Friday, January 26, 2007

Science catches up to observation

There was anecdotal evidence of just this around the nation for decades, just now a "study" confirms?

Damage to brain region helps smokers quit
Thu Jan 25, 3:13 PM ET

NEW YORK (Reuters Health) - Damage to the brain "insula" -- a silver dollar-sized area located deep in the brain, surrounded by the cerebral cortex, disrupts the addiction to cigarette smoking and makes kicking the habit much easier, according to research reported in the journal Science Friday.

This finding could lead to the development of novel anti-smoking agents.

Previous reports have linked the insula with conscious urges. In addition, senior author Dr. Antoine Bechara, from the University of Southern California in Los Angeles, and colleagues previously encountered a two-pack per day cigarette smoker who was able to stop smoking with little difficulty after experiencing stroke-related damage to the insula.

These findings led the researchers to hypothesize that damage to the insula may help break the addiction to smoking.

To investigate, the authors compared smoking cessation in 19 smokers who sustained damage to the insula and 50 smokers who sustained damage to other brain regions.

Spot in brain may control smoking urge
Thu Jan 25, 5:44 PM ET

WASHINGTON - Damage to a silver dollar-sized spot deep in the brain seems to wipe out the urge to smoke, a surprising discovery that may shed important new light on addiction. The research was inspired by a stroke survivor who claimed he simply forgot his two-pack-a-day addiction _ no cravings, no nicotine patches, not even a conscious desire to quit.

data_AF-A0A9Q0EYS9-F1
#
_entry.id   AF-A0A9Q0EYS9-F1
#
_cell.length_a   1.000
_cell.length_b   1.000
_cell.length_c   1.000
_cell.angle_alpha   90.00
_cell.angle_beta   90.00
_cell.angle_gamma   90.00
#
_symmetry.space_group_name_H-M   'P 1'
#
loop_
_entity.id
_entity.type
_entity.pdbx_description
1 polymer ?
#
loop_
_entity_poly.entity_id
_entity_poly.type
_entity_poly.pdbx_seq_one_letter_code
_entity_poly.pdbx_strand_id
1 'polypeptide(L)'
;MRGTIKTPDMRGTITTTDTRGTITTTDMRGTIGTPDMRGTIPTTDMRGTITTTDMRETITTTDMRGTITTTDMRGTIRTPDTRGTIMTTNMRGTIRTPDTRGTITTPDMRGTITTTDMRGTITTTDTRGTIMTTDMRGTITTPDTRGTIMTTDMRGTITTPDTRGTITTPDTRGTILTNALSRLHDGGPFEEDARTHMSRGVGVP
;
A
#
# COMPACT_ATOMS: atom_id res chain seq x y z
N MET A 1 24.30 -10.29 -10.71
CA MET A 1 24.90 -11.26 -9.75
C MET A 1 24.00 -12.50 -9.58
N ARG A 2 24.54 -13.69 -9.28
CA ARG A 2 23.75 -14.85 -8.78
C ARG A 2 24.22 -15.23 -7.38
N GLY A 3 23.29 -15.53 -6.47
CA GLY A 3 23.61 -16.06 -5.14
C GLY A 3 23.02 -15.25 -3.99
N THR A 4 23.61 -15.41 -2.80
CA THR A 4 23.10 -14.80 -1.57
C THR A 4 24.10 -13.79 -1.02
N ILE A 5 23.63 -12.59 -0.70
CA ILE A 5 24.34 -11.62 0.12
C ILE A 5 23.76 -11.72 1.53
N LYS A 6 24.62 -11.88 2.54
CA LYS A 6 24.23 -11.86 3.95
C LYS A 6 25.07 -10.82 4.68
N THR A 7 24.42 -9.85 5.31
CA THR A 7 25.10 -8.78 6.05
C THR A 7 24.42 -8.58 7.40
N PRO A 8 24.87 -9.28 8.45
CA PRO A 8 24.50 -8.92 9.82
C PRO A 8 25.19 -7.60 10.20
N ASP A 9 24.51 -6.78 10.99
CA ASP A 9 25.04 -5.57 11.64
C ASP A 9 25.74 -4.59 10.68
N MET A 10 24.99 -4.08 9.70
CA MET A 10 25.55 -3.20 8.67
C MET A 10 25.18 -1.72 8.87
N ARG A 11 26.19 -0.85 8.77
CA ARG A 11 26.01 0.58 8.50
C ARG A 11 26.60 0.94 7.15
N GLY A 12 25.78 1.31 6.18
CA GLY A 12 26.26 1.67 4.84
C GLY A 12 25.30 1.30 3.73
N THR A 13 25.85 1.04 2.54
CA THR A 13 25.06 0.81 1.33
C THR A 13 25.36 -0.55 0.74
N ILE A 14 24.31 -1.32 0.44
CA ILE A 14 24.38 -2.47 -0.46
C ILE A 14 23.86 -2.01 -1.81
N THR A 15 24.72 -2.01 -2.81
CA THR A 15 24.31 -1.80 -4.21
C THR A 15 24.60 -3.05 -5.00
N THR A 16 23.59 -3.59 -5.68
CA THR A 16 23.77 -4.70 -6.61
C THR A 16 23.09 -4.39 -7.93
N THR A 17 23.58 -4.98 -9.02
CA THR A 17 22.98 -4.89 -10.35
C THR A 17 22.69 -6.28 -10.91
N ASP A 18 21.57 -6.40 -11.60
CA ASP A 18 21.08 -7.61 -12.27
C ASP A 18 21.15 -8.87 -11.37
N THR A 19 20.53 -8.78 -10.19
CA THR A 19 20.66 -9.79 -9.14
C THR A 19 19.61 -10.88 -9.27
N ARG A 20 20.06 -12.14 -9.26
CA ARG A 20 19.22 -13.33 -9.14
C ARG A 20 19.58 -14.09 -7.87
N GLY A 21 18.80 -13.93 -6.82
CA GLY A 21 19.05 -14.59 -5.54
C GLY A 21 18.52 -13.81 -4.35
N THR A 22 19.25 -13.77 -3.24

The quitting is like a light switch that went off," said Dr. Antoine Bechara of the University of Southern California, who scanned the brains of 69 smokers and ex-smokers to pinpoint the region involved. "This is very striking."

Clearly brain damage isn't a treatment option for people struggling to kick the habit.

But the finding, reported in Friday's edition of the journal Science, does point scientists toward new ways to develop anti-smoking aids by targeting this little-known brain region called the insula. And it sparked excitement among addiction specialists who expect the insula to play a key role in other addictions, too.

"It's a fantastic paper, it's a fantastic finding," said Dr. Nora Volkow, director of the National Institute on Drug Abuse and a longtime investigator of the brain's addiction pathways.

"What this study shows unequivocally is the insula is a key structure in the brain for perceiving the urges to take the drug," urges that are "the backbone of the addiction," Volkow added.

Why? The insula appears to be where the brain turns physical reactions into feelings, such as feeling anxious when your heart speeds up. When those reactions are caused by a particular substance, the insula may act like sort of a headquarters for cravings.

Some 44 million Americans smoke, and the government says more than 400,000 a year die of smoking-related illnesses. Declines in smoking have slowed in recent years, making it unlikely that the nation will reach a public health goal of reducing the rate to 12 percent by 2010.

Nicotine is one of the most addictive substances known, and it's common for smokers to suffer repeated relapses when they try to quit.

So imagine Bechara's surprise at hearing a patient he code-named "Nathan" note nonchalantly that "my body forgot the urge to smoke" right after his stroke...

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